When it comes to injury cases, people often ask, “How much is my case worth?”. To answer this question, it must be understood that each case stands on its own merits. There is no quick answer to this question.
In automobile accidents, years ago, the settlement amount could expect to be approximately three times the amount of medical expenses. For example, if the total chiropractic and/or medical bills were $4,000.00, the injured party could expect to receive a settlement in the amount of $12,000.00. But this is no longer the case.
Years ago, the largest insurance companies gambled on the likelihood of lawsuits being filed by many of the largest legal advertisers who worked on sheer volume. The insurance companies discovered that large legal advertisers working on sheer volume were not likely to file suit if offered small settlement amounts. Thus, the largest insurance companies began offering settlements as low as an amount equal to the medical bills or at times, two-times the medical bills. And they found that, in fact, many of the larger advertisers would encourage their clients to accept the offer.
To justify their low offers, insurance adjusters made arguments of “little vehicle damage”, or “all treatment was chiropractic only” or the injured party only treated for 30 or 60 days, etc.
Thus, to combat these low settlement offers, the firm representing the injured party must be willing and able to litigate the case on behalf of their injured client. First and foremost, the case must be well documented. If there is significant vehicle damage, there should be photographs to show the property damage. Jurors will appreciate knowing that this was not just some very minor vehicle collision. Second, if there are visible injuries, photographs should show any visible injuries, scars, etc.
If there is a delay in obtaining treatment, the insurance adjuster will attempt to argue that the client was not really injured, because he/she waited two weeks before seeking treatment. You should note that after a vehicle collision, at times it may be several hours to three days before the full impact of the injury can be realized. It is always a good idea to be examined as soon as possible if injured in an accident.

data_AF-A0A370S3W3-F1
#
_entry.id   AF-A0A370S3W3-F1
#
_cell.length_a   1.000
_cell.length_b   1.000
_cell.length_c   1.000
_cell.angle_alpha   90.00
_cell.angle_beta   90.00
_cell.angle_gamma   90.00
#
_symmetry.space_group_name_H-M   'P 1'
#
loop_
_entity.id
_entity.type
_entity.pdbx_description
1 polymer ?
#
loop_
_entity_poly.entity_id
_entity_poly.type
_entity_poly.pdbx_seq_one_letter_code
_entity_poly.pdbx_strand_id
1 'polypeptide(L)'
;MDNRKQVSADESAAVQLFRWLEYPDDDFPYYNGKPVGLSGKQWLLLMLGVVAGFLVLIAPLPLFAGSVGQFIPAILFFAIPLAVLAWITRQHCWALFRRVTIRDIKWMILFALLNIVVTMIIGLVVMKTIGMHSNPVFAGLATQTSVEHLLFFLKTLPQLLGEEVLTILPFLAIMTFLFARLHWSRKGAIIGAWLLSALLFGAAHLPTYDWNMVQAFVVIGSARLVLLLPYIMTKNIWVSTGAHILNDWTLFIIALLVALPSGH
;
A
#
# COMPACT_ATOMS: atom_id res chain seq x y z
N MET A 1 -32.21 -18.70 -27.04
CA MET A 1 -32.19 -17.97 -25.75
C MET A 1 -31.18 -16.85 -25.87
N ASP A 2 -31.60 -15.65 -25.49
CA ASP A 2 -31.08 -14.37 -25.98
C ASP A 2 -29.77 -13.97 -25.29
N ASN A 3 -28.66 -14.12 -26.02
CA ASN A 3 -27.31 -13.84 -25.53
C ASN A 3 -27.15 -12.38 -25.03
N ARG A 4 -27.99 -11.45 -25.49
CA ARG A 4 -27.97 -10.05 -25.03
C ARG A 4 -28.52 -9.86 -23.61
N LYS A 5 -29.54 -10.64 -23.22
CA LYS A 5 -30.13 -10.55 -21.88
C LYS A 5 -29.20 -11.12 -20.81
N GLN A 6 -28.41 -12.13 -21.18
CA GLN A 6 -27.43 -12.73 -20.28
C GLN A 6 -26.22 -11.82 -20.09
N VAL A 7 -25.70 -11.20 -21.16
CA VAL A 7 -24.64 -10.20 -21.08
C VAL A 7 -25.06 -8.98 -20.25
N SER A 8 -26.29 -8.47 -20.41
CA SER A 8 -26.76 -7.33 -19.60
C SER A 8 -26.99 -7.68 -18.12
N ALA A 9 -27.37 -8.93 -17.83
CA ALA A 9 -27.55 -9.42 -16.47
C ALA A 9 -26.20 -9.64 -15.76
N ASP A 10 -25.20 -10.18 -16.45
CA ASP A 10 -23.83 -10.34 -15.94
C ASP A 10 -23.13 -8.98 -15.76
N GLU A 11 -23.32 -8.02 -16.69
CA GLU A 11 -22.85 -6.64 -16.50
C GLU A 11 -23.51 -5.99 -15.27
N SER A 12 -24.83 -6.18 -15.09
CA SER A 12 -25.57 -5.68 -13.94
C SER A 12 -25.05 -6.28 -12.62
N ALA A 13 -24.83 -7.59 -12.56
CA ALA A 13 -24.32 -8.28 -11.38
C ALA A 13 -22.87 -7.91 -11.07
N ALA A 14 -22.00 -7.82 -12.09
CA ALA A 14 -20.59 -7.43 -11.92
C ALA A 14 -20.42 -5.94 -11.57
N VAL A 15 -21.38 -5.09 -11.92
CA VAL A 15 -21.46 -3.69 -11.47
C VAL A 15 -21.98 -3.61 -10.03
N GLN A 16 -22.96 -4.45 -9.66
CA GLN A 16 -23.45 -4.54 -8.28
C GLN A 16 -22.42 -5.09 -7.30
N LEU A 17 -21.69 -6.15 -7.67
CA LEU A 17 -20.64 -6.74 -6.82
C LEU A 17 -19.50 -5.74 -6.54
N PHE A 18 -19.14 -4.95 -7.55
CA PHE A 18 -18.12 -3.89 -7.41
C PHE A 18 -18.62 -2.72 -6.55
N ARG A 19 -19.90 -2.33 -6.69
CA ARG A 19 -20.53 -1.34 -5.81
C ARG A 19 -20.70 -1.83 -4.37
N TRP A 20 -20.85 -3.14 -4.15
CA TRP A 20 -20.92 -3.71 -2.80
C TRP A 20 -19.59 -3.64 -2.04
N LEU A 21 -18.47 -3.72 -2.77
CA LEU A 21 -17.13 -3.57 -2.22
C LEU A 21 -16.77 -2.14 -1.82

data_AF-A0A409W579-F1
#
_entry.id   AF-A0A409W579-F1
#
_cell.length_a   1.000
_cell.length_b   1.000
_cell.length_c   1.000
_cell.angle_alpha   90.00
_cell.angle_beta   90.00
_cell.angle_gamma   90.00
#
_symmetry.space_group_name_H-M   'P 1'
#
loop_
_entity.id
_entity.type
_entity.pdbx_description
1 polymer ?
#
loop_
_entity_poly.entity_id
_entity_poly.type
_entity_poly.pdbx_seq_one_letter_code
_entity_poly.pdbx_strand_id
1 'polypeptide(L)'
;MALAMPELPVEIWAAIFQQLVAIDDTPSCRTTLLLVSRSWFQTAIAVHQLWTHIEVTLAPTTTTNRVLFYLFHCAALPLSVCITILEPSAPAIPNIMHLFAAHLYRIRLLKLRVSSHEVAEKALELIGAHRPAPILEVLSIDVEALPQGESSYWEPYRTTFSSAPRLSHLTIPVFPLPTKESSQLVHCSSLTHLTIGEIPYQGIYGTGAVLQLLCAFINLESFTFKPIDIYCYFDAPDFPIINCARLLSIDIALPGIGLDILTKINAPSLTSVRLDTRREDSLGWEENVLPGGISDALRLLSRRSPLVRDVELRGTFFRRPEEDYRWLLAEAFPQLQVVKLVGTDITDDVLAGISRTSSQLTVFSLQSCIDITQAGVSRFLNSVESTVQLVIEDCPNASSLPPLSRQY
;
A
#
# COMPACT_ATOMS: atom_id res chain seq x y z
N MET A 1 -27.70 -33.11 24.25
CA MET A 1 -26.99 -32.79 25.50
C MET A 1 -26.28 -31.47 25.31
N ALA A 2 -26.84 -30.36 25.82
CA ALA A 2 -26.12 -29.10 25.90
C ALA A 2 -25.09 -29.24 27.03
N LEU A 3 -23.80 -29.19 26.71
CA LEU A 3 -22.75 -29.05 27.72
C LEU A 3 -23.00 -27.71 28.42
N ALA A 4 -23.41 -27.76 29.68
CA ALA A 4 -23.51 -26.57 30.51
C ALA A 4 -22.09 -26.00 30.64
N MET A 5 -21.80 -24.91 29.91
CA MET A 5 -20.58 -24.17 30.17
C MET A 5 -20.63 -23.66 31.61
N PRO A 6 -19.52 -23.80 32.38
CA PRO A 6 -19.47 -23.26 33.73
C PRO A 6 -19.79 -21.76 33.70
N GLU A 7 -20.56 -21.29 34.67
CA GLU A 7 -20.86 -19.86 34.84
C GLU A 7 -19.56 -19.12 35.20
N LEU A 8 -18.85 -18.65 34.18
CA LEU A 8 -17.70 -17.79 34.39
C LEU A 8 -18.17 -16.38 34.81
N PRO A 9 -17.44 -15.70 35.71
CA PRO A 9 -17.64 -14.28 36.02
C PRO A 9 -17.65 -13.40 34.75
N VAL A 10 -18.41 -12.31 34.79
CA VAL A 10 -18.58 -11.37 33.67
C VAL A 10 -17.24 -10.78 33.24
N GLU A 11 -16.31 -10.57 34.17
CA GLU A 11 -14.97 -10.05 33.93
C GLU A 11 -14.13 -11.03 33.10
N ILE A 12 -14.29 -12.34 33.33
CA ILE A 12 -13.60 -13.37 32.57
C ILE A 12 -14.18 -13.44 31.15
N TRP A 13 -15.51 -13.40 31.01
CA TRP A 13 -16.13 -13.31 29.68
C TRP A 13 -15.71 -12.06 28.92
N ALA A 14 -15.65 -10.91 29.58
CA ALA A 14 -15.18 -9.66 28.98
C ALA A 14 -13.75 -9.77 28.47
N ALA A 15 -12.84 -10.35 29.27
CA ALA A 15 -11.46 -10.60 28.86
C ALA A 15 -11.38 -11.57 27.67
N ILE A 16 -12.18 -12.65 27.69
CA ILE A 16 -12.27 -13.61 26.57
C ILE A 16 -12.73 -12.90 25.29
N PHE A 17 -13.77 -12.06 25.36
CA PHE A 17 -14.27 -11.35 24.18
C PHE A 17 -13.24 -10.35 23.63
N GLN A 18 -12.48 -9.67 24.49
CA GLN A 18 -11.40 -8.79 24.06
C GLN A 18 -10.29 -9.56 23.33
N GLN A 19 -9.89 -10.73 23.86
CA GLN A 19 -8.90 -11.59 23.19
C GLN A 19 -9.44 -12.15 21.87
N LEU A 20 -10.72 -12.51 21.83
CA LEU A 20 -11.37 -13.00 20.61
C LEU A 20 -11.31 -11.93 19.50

In building up your case, there is property damage that must be addressed. There are special damages (medical and chiropractic bills, ambulance, physical therapy bills, and lost wages). Then there are compensable damages for physical pain and suffering, mental pain and suffering, emotional distress, humiliation, shock and fright, aggravation of a pre-existing condition, future pain and suffering, future medical expenses, diminished work capacity, loss of consortium (if married, the injured party’s spouse may be able to recover damages for loss of marital relations), and there may even be punitive damages (for example, if injured by a drunk driver).
And of course, one has to consider the liable party’s insurance policy limits. If the liable party only has a $25,000.00 insurance policy, and outside of the insurance policy, the liable party is judgment proof (i.e., has no assets of any kind), then the most the injured party can expect to recover is $25,000.00 (the policy limit).
Accordingly, in order to maximize recovery in any type of injury case, the case must be well-documented (property damage, physical injury, psychological injury, if any, medical and special damages). If the case is well documented, the insurance company may not opt to role the dice at trial and end up with a judgment against their insured which exceeds the policy limits.
To have all of your questions answered or to discuss an injury matter, contact: Anthony Overton Van Johnson & Associates, P.C. at 678-882-7355, or e-mail: email@example.com for a free consultation.